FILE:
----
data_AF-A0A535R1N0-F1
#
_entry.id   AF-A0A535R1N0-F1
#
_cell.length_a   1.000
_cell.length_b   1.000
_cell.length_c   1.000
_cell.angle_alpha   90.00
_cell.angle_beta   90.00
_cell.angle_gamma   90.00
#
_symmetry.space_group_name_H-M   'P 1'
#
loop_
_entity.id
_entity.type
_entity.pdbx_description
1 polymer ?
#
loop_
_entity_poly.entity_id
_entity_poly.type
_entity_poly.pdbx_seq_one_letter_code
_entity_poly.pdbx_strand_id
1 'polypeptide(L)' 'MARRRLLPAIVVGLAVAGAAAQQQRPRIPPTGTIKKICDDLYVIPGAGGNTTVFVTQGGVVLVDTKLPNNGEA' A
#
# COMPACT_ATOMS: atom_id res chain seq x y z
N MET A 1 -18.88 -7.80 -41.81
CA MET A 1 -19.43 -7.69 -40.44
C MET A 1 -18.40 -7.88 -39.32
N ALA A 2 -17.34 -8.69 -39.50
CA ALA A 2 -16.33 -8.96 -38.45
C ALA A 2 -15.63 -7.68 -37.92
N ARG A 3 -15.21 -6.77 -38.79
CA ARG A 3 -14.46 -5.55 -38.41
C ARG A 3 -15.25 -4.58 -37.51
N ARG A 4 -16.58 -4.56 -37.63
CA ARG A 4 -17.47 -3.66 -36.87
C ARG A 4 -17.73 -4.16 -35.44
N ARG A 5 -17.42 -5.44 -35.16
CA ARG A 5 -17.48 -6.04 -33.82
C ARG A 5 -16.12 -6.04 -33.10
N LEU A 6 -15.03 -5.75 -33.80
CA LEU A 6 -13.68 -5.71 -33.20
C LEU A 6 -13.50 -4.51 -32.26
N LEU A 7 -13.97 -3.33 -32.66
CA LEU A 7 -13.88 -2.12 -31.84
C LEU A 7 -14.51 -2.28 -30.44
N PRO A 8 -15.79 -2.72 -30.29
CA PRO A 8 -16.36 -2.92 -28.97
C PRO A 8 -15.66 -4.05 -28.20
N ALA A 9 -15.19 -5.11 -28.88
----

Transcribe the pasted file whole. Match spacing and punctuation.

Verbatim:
data_AF-A0A535R1N0-F1
#
_entry.id   AF-A0A535R1N0-F1
#
_cell.length_a   1.000
_cell.length_b   1.000
_cell.length_c   1.000
_cell.angle_alpha   90.00
_cell.angle_beta   90.00
_cell.angle_gamma   90.00
#
_symmetry.space_group_name_H-M   'P 1'
#
loop_
_entity.id
_entity.type
_entity.pdbx_description
1 polymer ?
#
loop_
_entity_poly.entity_id
_entity_poly.type
_entity_poly.pdbx_seq_one_letter_code
_entity_poly.pdbx_strand_id
1 'polypeptide(L)' 'MARRRLLPAIVVGLAVAGAAAQQQRPRIPPTGTIKKICDDLYVIPGAGGNTTVFVTQGGVVLVDTKLPNNGEA' A
#
# COMPACT_ATOMS: atom_id res chain seq x y z
N MET A 1 -18.88 -7.80 -41.81
CA MET A 1 -19.43 -7.69 -40.44
C MET A 1 -18.40 -7.88 -39.32
N ALA A 2 -17.34 -8.69 -39.50
CA ALA A 2 -16.33 -8.96 -38.45
C ALA A 2 -15.63 -7.68 -37.92
N ARG A 3 -15.21 -6.77 -38.79
CA ARG A 3 -14.46 -5.55 -38.41
C ARG A 3 -15.25 -4.58 -37.51
N ARG A 4 -16.58 -4.56 -37.63
CA ARG A 4 -17.47 -3.66 -36.87
C ARG A 4 -17.73 -4.16 -35.44
N ARG A 5 -17.42 -5.44 -35.16
CA ARG A 5 -17.48 -6.04 -33.82
C ARG A 5 -16.12 -6.04 -33.10
N LEU A 6 -15.03 -5.75 -33.80
CA LEU A 6 -13.68 -5.71 -33.20
C LEU A 6 -13.50 -4.51 -32.26
N LEU A 7 -13.97 -3.33 -32.66
CA LEU A 7 -13.88 -2.12 -31.84
C LEU A 7 -14.51 -2.28 -30.44
N PRO A 8 -15.79 -2.72 -30.29
CA PRO A 8 -16.36 -2.92 -28.97
C PRO A 8 -15.66 -4.05 -28.20
N ALA A 9 -15.19 -5.11 -28.88